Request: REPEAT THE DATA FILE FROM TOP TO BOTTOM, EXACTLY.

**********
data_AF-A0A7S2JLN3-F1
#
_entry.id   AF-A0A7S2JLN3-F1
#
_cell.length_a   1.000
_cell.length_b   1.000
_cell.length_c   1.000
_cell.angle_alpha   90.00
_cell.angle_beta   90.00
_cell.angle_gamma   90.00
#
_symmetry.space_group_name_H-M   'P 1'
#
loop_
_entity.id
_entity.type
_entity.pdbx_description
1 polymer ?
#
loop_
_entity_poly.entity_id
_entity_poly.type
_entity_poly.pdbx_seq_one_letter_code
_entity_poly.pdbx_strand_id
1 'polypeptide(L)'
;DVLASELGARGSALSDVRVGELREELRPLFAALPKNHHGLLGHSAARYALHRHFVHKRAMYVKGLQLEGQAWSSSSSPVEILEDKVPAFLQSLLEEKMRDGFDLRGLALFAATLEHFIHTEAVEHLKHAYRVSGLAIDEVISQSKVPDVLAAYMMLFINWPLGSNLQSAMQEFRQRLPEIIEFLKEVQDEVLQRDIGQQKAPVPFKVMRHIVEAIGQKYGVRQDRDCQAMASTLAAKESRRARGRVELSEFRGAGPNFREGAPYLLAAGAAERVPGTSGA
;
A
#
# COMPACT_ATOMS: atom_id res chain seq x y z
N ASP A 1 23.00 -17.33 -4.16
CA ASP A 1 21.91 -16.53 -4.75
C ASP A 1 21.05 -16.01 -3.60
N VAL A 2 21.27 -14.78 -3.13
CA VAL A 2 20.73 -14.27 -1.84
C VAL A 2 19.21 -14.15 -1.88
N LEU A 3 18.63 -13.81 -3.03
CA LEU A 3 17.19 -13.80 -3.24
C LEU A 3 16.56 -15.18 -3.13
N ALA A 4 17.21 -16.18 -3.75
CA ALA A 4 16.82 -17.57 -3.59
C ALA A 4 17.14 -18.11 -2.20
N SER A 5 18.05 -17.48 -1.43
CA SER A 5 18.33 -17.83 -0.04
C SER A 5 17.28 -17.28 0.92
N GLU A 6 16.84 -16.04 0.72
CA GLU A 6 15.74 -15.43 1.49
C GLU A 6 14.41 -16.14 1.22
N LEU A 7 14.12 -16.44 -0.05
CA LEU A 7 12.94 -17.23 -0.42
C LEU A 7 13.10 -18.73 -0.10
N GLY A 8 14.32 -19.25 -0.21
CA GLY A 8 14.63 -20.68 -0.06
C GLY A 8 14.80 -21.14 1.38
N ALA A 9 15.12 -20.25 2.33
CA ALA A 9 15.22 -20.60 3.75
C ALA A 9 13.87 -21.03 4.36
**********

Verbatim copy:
data_AF-A0A7S2JLN3-F1
#
_entry.id   AF-A0A7S2JLN3-F1
#
_cell.length_a   1.000
_cell.length_b   1.000
_cell.length_c   1.000
_cell.angle_alpha   90.00
_cell.angle_beta   90.00
_cell.angle_gamma   90.00
#
_symmetry.space_group_name_H-M   'P 1'
#
loop_
_entity.id
_entity.type
_entity.pdbx_description
1 polymer ?
#
loop_
_entity_poly.entity_id
_entity_poly.type
_entity_poly.pdbx_seq_one_letter_code
_entity_poly.pdbx_strand_id
1 'polypeptide(L)'
;DVLASELGARGSALSDVRVGELREELRPLFAALPKNHHGLLGHSAARYALHRHFVHKRAMYVKGLQLEGQAWSSSSSPVEILEDKVPAFLQSLLEEKMRDGFDLRGLALFAATLEHFIHTEAVEHLKHAYRVSGLAIDEVISQSKVPDVLAAYMMLFINWPLGSNLQSAMQEFRQRLPEIIEFLKEVQDEVLQRDIGQQKAPVPFKVMRHIVEAIGQKYGVRQDRDCQAMASTLAAKESRRARGRVELSEFRGAGPNFREGAPYLLAAGAAERVPGTSGA
;
A
#
# COMPACT_ATOMS: atom_id res chain seq x y z
N ASP A 1 23.00 -17.33 -4.16
CA ASP A 1 21.91 -16.53 -4.75
C ASP A 1 21.05 -16.01 -3.60
N VAL A 2 21.27 -14.78 -3.13
CA VAL A 2 20.73 -14.27 -1.84
C VAL A 2 19.21 -14.15 -1.88
N LEU A 3 18.63 -13.81 -3.03
CA LEU A 3 17.19 -13.80 -3.24
C LEU A 3 16.56 -15.18 -3.13
N ALA A 4 17.21 -16.18 -3.75
CA ALA A 4 16.82 -17.57 -3.59
C ALA A 4 17.14 -18.11 -2.20
N SER A 5 18.05 -17.48 -1.43
CA SER A 5 18.33 -17.83 -0.04
C SER A 5 17.28 -17.28 0.92
N GLU A 6 16.84 -16.04 0.72
CA GLU A 6 15.74 -15.43 1.49
C GLU A 6 14.41 -16.14 1.22
N LEU A 7 14.12 -16.44 -0.05
CA LEU A 7 12.94 -17.23 -0.42
C LEU A 7 13.10 -18.73 -0.10
N GLY A 8 14.32 -19.25 -0.21
CA GLY A 8 14.63 -20.68 -0.06
C GLY A 8 14.80 -21.14 1.38
N ALA A 9 15.12 -20.25 2.33
CA ALA A 9 15.22 -20.60 3.75
C ALA A 9 13.87 -21.03 4.36